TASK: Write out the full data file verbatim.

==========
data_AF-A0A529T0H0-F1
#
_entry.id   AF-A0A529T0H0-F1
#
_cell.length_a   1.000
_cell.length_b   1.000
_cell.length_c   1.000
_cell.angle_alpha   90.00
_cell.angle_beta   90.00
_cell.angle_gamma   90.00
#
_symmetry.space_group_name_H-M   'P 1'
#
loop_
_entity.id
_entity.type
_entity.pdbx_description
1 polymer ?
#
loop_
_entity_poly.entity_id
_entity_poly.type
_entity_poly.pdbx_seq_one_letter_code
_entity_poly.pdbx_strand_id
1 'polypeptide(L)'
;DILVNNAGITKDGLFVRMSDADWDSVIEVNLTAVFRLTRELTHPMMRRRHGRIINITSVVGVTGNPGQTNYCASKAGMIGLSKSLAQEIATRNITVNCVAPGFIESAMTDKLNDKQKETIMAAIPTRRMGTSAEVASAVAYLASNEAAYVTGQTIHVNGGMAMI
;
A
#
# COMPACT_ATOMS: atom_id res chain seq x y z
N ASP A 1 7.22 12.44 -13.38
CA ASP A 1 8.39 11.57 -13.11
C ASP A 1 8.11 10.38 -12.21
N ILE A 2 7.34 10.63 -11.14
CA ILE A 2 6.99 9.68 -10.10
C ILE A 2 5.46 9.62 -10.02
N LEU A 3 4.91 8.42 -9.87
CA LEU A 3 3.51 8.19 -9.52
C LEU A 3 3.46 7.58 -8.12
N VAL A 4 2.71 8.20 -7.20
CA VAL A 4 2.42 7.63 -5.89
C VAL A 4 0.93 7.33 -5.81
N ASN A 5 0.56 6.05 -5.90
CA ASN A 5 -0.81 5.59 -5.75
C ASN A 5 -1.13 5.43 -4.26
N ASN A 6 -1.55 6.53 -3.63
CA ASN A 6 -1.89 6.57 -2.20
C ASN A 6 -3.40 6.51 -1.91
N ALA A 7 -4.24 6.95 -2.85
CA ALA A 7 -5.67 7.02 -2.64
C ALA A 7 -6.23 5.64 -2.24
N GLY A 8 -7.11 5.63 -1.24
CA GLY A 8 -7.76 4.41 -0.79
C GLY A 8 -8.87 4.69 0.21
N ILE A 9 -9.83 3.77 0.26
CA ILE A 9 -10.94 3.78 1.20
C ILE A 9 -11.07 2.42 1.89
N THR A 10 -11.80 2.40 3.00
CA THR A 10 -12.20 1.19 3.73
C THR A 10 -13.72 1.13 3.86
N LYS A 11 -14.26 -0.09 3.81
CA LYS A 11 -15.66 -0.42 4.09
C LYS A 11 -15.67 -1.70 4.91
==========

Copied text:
data_AF-A0A529T0H0-F1
#
_entry.id   AF-A0A529T0H0-F1
#
_cell.length_a   1.000
_cell.length_b   1.000
_cell.length_c   1.000
_cell.angle_alpha   90.00
_cell.angle_beta   90.00
_cell.angle_gamma   90.00
#
_symmetry.space_group_name_H-M   'P 1'
#
loop_
_entity.id
_entity.type
_entity.pdbx_description
1 polymer ?
#
loop_
_entity_poly.entity_id
_entity_poly.type
_entity_poly.pdbx_seq_one_letter_code
_entity_poly.pdbx_strand_id
1 'polypeptide(L)'
;DILVNNAGITKDGLFVRMSDADWDSVIEVNLTAVFRLTRELTHPMMRRRHGRIINITSVVGVTGNPGQTNYCASKAGMIGLSKSLAQEIATRNITVNCVAPGFIESAMTDKLNDKQKETIMAAIPTRRMGTSAEVASAVAYLASNEAAYVTGQTIHVNGGMAMI
;
A
#
# COMPACT_ATOMS: atom_id res chain seq x y z
N ASP A 1 7.22 12.44 -13.38
CA ASP A 1 8.39 11.57 -13.11
C ASP A 1 8.11 10.38 -12.21
N ILE A 2 7.34 10.63 -11.14
CA ILE A 2 6.99 9.68 -10.10
C ILE A 2 5.46 9.62 -10.02
N LEU A 3 4.91 8.42 -9.87
CA LEU A 3 3.51 8.19 -9.52
C LEU A 3 3.46 7.58 -8.12
N VAL A 4 2.71 8.20 -7.20
CA VAL A 4 2.42 7.63 -5.89
C VAL A 4 0.93 7.33 -5.81
N ASN A 5 0.56 6.05 -5.90
CA ASN A 5 -0.81 5.59 -5.75
C ASN A 5 -1.13 5.43 -4.26
N ASN A 6 -1.55 6.53 -3.63
CA ASN A 6 -1.89 6.57 -2.20
C ASN A 6 -3.40 6.51 -1.91
N ALA A 7 -4.24 6.95 -2.85
CA ALA A 7 -5.67 7.02 -2.64
C ALA A 7 -6.23 5.64 -2.24
N GLY A 8 -7.11 5.63 -1.24
CA GLY A 8 -7.76 4.41 -0.79
C GLY A 8 -8.87 4.69 0.21
N ILE A 9 -9.83 3.77 0.26
CA ILE A 9 -10.94 3.78 1.20
C ILE A 9 -11.07 2.42 1.89
N THR A 10 -11.80 2.40 3.00
CA THR A 10 -12.20 1.19 3.73
C THR A 10 -13.72 1.13 3.86
N LYS A 11 -14.26 -0.09 3.81
CA LYS A 11 -15.66 -0.42 4.09
C LYS A 11 -15.67 -1.70 4.91